Fast asleep at my feet is the long-legged brindle greyhound my wife and I adopted two months ago, an ex-racer with green numbers tattooed in her ears and old scars on her body and a career—really an entire life—I know nothing about, a culture completely foreign to me: racing programs with inscrutable strings of numbers, statistical charts that look like puzzles for savants, post positions and kennel standings, blood quotas and double ancestors, wagers and payouts and odds, gates and tracks and lures, sires and dams, dogs with names that conjure thoroughbred racehorses: “Waverly Supreme” and “Fireball Sandy.” Fatless, sixty pound ghosts of dogs considered slow if they close a 5/16th mile racetrack in thirty three seconds—still more than twice the speed of the world fastest man.
We call her Ginger now, but her name in that world was “RLM’s Madera.” Her last race was September 10, 2011, in Birmingham, Alabama, a 3/8 mile heat in which she placed 6th, lagging a full second behind a dog named Crazy Little Thing. I know few details of Ginger’s career, no more about each race than the meager three-word descriptions that nonetheless offer up entire stories by implication, phrases like “gave ground late,” “bumped 1st turn,” or “outphotoed for 4th.” The fastest time in her records is 30:97, but Ginger ran in 70 races, more than 150 heats, often two in the same day, and every single time within a scant two seconds. She won five times, and I read, with a strange sort of pride, that she “overcame trouble” and was “determined to win.”
I can only imagine her in a racing silk and muzzle, under the lights at Birmingham, the blue glass of the skybox looming over the course, and the track lined in gleaming white railings, 10,000 spectators in the stands and 1,000 other dogs waiting in the kennels to race, my own brindle greyhound out on that track, running so fast, stretched out like a cheetah in full stride—flying, really—her feet only coming down to propel her aloft, the spray of dirt, all that tremulous muscle in her hocks and shoulders that she still retains, the shocking little bursts she takes sometimes in a playful mood, instantly at the end of the leash, or bounding down the hall after a toy, her front legs rampant like a prancing horse, the same way she must have thrown her paws out in front of her on the racetrack, perhaps the first part of her to trip the cameras at the finish line those five precious wins.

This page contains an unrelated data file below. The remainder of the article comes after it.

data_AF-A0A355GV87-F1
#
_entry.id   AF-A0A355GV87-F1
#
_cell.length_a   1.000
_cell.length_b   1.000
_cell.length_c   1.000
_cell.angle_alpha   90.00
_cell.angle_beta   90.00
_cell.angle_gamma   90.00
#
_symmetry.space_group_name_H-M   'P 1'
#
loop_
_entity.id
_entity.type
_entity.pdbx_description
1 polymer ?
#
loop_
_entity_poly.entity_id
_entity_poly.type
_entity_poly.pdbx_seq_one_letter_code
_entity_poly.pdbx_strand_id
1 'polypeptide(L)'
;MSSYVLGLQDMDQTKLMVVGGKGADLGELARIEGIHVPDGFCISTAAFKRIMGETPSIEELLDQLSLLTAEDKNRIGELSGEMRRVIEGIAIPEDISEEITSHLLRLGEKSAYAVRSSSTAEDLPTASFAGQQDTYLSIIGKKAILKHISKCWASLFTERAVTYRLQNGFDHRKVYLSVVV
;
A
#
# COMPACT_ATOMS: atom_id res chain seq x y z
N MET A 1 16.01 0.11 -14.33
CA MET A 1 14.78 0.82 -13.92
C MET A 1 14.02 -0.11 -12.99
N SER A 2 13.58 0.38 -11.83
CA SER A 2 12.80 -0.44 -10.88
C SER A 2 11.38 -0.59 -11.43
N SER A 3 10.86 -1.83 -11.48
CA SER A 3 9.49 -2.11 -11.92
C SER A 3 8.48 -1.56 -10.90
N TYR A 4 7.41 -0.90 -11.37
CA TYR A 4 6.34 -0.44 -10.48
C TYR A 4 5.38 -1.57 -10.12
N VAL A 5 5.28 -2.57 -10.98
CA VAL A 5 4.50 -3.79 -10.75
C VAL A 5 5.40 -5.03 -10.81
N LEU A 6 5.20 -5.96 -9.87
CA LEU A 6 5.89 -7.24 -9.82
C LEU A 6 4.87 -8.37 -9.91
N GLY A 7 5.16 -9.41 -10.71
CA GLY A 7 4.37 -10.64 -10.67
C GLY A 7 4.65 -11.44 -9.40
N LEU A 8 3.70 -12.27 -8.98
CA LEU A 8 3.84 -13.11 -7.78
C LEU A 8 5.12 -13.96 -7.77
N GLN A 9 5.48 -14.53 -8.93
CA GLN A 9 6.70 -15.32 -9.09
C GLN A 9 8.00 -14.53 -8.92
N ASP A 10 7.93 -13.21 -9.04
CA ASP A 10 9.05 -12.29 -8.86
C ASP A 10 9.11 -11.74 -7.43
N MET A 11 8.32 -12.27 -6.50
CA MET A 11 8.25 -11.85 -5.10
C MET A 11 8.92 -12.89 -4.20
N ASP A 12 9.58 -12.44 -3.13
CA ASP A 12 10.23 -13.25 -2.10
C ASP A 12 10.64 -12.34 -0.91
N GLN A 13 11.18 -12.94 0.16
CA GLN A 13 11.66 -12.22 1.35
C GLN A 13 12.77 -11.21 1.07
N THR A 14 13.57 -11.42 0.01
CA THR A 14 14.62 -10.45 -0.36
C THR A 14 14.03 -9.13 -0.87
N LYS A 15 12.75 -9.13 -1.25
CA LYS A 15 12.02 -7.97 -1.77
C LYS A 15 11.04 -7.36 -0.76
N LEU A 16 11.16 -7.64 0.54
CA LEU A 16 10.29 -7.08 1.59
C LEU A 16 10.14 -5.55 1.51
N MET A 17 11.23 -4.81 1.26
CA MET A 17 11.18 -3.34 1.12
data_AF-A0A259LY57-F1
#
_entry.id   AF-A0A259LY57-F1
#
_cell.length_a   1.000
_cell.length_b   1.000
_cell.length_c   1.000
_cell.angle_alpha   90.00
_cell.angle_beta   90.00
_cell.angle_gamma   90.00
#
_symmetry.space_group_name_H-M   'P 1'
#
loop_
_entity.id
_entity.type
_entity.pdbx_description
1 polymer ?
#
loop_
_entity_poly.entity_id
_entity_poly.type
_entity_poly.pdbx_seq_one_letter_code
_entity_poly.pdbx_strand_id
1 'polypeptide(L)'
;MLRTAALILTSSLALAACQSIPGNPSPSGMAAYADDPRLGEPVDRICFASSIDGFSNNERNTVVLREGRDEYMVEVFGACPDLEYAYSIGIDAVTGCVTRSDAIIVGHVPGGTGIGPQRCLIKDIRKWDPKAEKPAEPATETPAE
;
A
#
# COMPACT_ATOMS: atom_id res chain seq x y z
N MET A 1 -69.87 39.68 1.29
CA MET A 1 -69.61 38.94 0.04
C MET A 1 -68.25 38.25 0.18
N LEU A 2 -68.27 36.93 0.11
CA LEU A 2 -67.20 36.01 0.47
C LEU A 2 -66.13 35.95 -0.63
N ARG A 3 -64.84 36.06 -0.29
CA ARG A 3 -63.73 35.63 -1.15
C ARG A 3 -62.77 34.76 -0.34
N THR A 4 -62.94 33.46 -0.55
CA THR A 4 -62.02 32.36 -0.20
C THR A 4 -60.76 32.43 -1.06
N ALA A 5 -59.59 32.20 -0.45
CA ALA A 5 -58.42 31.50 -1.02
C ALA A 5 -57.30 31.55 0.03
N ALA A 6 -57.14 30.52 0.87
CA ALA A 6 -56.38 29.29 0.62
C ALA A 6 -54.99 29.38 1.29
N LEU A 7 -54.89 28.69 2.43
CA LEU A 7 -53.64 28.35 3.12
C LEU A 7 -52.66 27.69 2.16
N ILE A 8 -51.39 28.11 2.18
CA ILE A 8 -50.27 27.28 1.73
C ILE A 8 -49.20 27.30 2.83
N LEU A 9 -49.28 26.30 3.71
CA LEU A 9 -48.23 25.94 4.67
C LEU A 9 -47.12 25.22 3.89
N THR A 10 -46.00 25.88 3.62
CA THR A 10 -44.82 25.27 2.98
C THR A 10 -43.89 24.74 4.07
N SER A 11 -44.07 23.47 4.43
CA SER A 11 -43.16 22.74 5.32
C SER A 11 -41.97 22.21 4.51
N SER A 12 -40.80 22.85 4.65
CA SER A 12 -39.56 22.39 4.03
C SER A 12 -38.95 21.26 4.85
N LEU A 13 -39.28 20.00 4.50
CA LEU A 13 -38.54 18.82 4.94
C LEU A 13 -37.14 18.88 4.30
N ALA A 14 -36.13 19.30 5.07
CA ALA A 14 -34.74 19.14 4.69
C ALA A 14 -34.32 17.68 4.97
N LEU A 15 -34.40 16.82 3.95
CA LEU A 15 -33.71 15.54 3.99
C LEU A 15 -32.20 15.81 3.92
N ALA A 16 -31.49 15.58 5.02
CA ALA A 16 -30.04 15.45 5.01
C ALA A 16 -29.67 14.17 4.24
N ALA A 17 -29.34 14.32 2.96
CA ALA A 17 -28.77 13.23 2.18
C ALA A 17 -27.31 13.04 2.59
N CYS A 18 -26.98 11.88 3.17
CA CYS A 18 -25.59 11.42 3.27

The way I think of them now, Ginger’s races were only the distance she had to run to get here, the odyssey of a dog to get home, to a dream on a folded quilt, her tiger-stripe rib cage rising and falling, ears piqued and nose twitching in some vision of her secret past: her legs in a blur, her feet moving faster than the eye can see.